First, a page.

Roasting tomatoes. Prepeat oven to 300°F. In a medium bowl, toss the tomatoes with 2 T. olive oil and 1 T. balsamic vinegar. Season to taste with salt and pepper. Transfer to a cooking sheet lined with parchment paper and place cut side down, with a sprig of fresh thyme tucked beneath. Bake for 45 minutes or 1 hour, or until tomatoes are “sun-dried” and lightly caramelized. Read more

Greek Salad with Farro

This refreshing salad, with its bright, fresh herbs, crisp cucumber and sweet red bell pepper, its chewy farro, and bits of salty feta,  tastes like summer! It can be the central part of a vegetarian meal, or a side dish for roasted or grilled chicken, or grilled salmon.

Farro is one of those ancient grains making a “come-back,”  showing up on modern grocery shelves. It has a nutty flavor and a pleasingly chewy texture, similar to barley and whole wheat berries (which you could substitute in this recipe if you can’t find farro.) Like many other ancient grains, it’s nutrient-rich.

Salad Ingredients

  • 1 cup farro, rinsed
  • 1 cucumber, peeled, seeded and diced (see NOTE)
  • 1 red bell pepper, cored & seeded, cut in medium dice
  • 1/4 cup red onion, chopped
  • 1/4 cup minced fresh dill or parsley (I prefer the dill)
  • 1/4 cup chopped fresh mint
  • 1 cup crumbled or diced feta cheese
  • 1 cup grape or cherry tomatoes

NOTE: I prefer the long English cucumbers – if you use these, it’s unnecessary to remove the seeds

Red Wine Vinaigrette

  • 3 Tbl. red wine vinegar
  • 1 clove garlic finely minced
  • 1/2 tsp. kosher salt
  • 1/4 cup olive oil

Place rinsed farro in a large saucepan and cover with 2 quarts of salted water. Bring to a boil, reduce heat and simmer, uncovered, for about 30 to 35 minutes. (Farro will have a similar texture to barley when cooked.) Drain it well and set aside to cool completely.

Read more

Moroccan Orange Salad with Red Onions & Black Olives

This salad from Morocco is colorful and refreshing, and perhaps unbelievably delicious. If you can be swayed by it’s somewhat unique beauty to try it (as I was), I believe you’ll return to it again and again. I quickly rinse the sliced onions to remove any of their biting sharpness. They mellow almost instantly and the flavors seem to all come together in perfect balance. This salad accompanied our skewered chicken, grilled asparagus and couscous for last night’s dinner. It’s also an excellent accompaniment to hot stews or highly spiced dishes, which is, I suppose, why Moroccans imagined it in the first place. (Recipes for the rest of dinner to follow.)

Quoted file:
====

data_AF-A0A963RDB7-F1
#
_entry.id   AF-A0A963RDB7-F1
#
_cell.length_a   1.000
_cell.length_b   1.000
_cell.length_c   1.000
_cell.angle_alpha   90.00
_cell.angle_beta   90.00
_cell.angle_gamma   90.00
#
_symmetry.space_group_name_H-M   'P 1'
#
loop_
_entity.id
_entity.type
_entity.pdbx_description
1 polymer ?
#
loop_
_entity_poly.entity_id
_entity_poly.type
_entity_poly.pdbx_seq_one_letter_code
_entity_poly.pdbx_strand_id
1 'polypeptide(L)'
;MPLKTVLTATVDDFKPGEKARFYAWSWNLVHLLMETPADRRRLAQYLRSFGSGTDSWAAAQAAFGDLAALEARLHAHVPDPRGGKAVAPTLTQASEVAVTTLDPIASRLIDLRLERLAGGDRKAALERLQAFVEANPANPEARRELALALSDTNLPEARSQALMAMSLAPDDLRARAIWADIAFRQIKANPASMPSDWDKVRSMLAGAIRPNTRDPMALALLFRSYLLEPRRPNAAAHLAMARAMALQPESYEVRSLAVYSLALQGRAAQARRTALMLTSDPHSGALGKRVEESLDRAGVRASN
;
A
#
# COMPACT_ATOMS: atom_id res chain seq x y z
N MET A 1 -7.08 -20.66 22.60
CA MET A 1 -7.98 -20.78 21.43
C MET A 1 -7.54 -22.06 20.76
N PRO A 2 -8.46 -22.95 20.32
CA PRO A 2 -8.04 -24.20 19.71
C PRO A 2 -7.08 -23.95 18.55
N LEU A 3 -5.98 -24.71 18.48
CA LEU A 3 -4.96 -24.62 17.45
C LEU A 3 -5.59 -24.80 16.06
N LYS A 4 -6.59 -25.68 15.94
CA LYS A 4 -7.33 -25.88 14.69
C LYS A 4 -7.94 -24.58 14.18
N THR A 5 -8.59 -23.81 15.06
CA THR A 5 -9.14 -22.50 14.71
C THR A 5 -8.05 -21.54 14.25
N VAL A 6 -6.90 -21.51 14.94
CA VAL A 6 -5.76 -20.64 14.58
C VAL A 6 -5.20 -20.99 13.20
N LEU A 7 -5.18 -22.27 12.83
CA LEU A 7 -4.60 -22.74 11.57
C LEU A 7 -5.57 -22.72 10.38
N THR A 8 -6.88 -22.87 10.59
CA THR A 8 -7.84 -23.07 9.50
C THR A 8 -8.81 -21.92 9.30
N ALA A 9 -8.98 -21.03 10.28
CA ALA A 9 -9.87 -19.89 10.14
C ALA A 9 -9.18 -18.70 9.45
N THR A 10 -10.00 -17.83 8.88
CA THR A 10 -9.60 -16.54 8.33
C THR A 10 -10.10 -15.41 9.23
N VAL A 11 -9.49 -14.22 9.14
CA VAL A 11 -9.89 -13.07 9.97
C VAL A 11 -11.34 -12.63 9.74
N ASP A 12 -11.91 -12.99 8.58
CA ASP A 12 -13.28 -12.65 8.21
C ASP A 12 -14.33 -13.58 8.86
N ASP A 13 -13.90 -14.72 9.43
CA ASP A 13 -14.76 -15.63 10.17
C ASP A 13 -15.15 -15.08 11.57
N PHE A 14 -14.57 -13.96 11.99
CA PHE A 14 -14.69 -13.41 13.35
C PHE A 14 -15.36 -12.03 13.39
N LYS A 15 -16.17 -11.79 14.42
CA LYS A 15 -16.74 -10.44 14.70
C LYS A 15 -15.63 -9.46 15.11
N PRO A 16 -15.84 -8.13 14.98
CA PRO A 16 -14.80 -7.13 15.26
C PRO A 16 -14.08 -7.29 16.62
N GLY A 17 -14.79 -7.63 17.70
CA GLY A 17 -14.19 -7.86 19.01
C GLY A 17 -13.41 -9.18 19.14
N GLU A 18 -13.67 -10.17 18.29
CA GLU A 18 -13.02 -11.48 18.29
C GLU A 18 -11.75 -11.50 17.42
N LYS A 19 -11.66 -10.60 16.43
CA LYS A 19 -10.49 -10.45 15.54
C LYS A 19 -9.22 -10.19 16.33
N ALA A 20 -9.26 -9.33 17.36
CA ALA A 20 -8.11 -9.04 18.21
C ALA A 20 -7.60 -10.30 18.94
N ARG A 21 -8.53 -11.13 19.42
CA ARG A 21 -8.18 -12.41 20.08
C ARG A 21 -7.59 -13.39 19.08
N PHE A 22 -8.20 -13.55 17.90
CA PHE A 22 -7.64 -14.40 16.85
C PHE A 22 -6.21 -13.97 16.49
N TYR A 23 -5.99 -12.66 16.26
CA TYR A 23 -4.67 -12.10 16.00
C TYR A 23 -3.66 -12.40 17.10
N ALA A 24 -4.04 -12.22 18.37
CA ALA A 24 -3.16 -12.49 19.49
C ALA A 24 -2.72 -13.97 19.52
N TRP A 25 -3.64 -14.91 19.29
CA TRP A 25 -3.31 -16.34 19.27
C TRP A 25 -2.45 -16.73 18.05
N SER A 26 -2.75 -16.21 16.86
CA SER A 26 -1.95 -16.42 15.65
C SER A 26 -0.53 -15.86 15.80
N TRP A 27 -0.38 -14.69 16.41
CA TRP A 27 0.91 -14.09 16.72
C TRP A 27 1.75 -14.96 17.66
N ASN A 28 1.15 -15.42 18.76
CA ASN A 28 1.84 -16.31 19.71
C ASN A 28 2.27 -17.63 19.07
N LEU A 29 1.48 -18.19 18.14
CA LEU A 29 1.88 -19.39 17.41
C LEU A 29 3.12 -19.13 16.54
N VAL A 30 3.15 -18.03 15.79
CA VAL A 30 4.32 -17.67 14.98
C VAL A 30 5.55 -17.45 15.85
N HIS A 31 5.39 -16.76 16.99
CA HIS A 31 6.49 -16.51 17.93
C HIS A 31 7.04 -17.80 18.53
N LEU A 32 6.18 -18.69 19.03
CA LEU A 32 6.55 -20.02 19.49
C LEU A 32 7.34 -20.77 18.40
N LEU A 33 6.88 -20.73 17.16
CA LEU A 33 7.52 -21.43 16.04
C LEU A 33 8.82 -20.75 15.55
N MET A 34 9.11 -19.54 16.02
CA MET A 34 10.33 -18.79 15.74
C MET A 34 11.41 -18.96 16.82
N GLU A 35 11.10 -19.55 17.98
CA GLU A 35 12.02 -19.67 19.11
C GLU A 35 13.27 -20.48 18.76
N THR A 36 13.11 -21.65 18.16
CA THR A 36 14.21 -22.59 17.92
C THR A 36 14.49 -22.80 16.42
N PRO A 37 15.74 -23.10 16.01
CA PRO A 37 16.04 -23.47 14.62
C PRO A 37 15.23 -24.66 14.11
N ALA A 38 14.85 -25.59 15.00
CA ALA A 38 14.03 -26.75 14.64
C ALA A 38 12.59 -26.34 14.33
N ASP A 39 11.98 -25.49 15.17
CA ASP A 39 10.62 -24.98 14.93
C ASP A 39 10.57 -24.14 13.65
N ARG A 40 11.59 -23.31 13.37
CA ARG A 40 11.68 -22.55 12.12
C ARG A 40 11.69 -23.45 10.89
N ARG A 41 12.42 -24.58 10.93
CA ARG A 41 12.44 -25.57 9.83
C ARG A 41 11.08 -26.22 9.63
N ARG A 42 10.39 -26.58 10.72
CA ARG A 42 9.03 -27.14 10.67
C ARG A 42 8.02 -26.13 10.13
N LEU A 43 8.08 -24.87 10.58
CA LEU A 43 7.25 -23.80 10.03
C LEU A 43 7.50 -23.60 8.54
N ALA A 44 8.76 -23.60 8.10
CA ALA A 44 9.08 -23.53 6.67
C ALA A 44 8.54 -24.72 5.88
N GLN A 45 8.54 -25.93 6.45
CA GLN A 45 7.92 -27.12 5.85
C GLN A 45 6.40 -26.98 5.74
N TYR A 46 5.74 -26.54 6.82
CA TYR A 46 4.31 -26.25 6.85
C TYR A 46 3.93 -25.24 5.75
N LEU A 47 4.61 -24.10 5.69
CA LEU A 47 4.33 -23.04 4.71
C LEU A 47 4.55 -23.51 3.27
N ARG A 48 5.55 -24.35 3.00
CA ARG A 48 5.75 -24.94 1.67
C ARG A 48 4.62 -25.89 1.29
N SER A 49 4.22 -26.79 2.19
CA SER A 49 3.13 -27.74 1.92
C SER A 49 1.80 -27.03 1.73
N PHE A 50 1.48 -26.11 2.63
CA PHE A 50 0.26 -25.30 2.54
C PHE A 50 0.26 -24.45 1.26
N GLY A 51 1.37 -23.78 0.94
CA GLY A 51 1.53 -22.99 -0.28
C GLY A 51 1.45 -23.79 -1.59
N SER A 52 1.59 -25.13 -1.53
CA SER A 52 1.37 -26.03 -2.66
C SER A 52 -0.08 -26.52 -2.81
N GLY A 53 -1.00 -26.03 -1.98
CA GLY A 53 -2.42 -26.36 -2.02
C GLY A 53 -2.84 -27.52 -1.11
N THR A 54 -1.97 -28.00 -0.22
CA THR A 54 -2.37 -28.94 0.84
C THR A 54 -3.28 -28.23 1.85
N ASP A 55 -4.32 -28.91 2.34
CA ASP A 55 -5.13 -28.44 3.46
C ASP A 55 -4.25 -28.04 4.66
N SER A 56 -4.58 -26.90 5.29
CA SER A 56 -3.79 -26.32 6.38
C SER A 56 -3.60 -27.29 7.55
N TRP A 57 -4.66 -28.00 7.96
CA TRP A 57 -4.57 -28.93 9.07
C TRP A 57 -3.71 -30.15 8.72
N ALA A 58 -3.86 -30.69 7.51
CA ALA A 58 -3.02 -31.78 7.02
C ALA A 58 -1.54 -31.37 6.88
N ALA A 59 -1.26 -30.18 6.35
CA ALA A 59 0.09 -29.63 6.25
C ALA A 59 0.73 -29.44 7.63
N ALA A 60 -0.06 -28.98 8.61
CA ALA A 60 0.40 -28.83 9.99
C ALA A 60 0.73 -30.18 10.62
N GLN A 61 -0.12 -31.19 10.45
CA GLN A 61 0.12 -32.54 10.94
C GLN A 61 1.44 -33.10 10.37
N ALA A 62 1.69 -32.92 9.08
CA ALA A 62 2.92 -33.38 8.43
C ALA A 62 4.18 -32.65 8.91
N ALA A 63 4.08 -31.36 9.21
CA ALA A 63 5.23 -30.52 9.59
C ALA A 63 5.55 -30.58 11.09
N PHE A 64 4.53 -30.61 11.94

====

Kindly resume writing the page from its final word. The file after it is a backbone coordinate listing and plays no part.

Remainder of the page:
Orange Salad with Red Onions and Black Olives

(serves 4)

  • 3 fresh navel oranges
  • 1/2 – 1 red onion
  • 1 handful of black olives (12 or so)
  • 2-3 Tbl. olive oil
  • freshly squeezed juice of 1 lime
  • sea salt
  • 1 t. cumin seeds, roasted
  • 1/2 t. Spanish smoked paprika
  • 1 small bunch of cilantro leaves, coarsely chopped
  • Optional: fennel bulb – see below for variation

Roast the cumin seeds on medium-low heat in a small pan. Remove from pan and set aside to cool.   Read more

Why not Kumquats?

One simple salad I simply love has little slivers of bright and tartly fragrant kumquats in it. Have you never tried a kumquat? You should!

Green Salad with Kumquats, Avocado and Pistacios


  • Mesclun, mixed spring greens, or baby spinach (or lettuce of your choice)
  • Avocado
  • Kumquats (see NOTE)
  • Pistacios
  • Dressing – Cilantro-Lime Salad Dressing (in my post Cilantro-Lime Salad, today’s date.)

(You’ll notice that for green salads I don’t list quantities. Only you know how much you or those at your table will eat at one meal.)

Remove your pistacios from the shell. Chop them coarsely, or leave them whole, as you choose. (Or toss some whole ones in, and save the chopped ones for scattering over top.)

Wash and dry your lettuce.

Wash your kumquats, and slice them crosswise, as thinly as possible, removing the seeds as you go. (Yes, you DO eat the peel! In fact it’s all about the peel. Kumquats have been called the inside-out fruit – all the sweetness in the peel, the sour in the flesh.) For a salad feeding two, I use about a handful of kumquats.

Slice or chunk your avocado.

Combine your lettuce, the avocado, and kumquats in a salad bowl. Dress lightly with Cilantro-Lime dressing. Scatter with pistacios and serve.

NOTE: If you’re undecided on whether to try kumquats, I understand your hesitation, but maybe this will help: they’re little ovoids, somewhat smaller than a pecan; they manage somehow to be both hinting of sweet and smacking of tart; they smell vaguely like a daphne blossom, which is, if you didn’t know, heavenly; and they’re highly cute. What more could you ask for in a tiny fruit?